Let's get familiar with the facts on mental health before assuming and jumping into wrong conclusions. The reason why this Charleston shooting bothers me when the media attempted to paint the criminal who committed this atrocity as a consequence of mental health issue, is because when we continue, as a society especially the media like stated in this article by Psychology Today, to perpetuate stigmatizing stereotypes of people with mental health problems by putting forth a case like this as a global face of mental illness, it adjusts our perception of this issue. We generally as expected, begin to categorize all and every persons with mental health issue as violent and as a result we scorn them, shy away from helping them, and segregate them because we fear them. Imagine if people we looked up to in the society openly admitted that they suffer from a mental illness in someway; like if Beyonce comes out someday to say she suffers from depression and has been seeing a therapist since she was a kid, is it possible that we will begin to view mental health in a better light? It is all a cultural phenomenon, if they keep putting the archetype of mental health as a violent mass shooter, what is the hope for those that do suffer from mental health issue but are not anything close to violent and are beyond that still highly functioning citizens, but unfortunately due to stigmatization we make life harder for them.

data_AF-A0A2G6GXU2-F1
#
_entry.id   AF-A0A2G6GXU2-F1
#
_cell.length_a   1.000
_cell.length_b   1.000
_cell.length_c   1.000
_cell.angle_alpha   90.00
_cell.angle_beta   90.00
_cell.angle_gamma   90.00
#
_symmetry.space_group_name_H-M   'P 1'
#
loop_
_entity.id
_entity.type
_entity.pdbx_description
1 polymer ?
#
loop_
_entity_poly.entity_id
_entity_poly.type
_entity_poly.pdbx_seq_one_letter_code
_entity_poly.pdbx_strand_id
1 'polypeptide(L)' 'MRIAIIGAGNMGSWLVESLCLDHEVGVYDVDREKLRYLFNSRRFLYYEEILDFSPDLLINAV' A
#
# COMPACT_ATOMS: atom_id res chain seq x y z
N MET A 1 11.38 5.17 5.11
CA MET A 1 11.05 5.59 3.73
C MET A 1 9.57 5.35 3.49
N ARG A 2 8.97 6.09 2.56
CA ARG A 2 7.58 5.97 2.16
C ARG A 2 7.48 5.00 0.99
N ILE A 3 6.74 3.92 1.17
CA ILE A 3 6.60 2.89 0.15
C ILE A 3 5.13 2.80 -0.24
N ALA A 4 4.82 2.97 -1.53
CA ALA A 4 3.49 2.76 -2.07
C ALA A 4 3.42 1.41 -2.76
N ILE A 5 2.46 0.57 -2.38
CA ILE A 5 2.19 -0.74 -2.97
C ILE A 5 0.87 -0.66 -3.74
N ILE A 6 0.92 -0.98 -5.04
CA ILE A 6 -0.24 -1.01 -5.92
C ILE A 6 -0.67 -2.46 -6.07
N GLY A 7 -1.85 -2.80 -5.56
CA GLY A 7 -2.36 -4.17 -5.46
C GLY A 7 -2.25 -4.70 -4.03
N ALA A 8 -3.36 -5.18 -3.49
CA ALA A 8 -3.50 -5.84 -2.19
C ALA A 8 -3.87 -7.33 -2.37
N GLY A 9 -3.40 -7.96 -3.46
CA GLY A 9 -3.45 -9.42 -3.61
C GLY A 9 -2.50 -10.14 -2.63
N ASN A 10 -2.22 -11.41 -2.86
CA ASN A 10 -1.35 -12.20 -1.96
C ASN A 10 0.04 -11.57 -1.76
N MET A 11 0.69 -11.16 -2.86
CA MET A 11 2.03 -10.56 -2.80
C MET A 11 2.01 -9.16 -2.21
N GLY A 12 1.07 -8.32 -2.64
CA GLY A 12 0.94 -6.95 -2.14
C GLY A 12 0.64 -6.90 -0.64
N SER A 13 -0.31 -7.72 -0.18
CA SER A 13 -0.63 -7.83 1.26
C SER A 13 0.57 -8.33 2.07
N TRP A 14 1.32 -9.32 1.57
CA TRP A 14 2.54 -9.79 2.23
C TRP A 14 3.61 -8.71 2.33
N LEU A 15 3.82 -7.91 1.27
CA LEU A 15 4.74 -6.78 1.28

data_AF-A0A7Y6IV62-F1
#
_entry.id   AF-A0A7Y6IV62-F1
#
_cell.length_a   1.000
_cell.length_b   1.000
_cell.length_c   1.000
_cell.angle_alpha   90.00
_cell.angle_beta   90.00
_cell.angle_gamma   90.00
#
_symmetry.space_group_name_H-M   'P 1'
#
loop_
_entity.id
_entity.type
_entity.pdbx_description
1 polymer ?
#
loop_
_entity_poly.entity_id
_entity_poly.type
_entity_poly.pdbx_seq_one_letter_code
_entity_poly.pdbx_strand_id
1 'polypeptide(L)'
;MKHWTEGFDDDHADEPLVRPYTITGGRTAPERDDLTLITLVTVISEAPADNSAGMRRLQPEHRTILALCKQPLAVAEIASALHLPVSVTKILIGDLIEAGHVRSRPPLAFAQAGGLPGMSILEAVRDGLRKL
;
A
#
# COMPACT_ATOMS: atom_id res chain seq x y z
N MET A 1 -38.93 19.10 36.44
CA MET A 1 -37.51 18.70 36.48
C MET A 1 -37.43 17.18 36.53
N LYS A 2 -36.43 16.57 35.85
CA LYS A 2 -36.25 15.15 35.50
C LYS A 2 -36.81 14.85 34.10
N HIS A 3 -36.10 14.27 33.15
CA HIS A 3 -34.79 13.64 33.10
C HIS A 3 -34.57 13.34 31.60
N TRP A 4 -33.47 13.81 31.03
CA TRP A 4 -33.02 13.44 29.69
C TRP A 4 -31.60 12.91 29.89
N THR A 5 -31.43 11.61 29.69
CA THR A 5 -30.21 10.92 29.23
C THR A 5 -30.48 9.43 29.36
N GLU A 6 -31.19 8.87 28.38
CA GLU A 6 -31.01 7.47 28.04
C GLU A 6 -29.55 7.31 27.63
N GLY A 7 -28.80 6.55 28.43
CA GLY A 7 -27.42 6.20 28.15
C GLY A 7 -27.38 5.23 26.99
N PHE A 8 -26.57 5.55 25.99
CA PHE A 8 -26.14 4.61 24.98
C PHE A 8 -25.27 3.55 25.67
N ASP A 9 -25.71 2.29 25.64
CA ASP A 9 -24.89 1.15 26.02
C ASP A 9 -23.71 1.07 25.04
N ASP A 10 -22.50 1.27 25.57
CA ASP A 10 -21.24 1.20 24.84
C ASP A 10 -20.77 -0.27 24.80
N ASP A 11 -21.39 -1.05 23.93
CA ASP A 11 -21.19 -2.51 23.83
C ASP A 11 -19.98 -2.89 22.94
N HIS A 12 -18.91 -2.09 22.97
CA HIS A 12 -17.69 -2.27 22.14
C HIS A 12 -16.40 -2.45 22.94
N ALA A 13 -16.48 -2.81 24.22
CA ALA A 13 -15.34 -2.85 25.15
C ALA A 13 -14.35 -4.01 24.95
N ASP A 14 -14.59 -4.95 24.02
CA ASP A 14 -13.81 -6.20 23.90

* Staying ignorant is not the answer, so be well informed about the facts on mental health before stigmatizing anyone you know who suffers.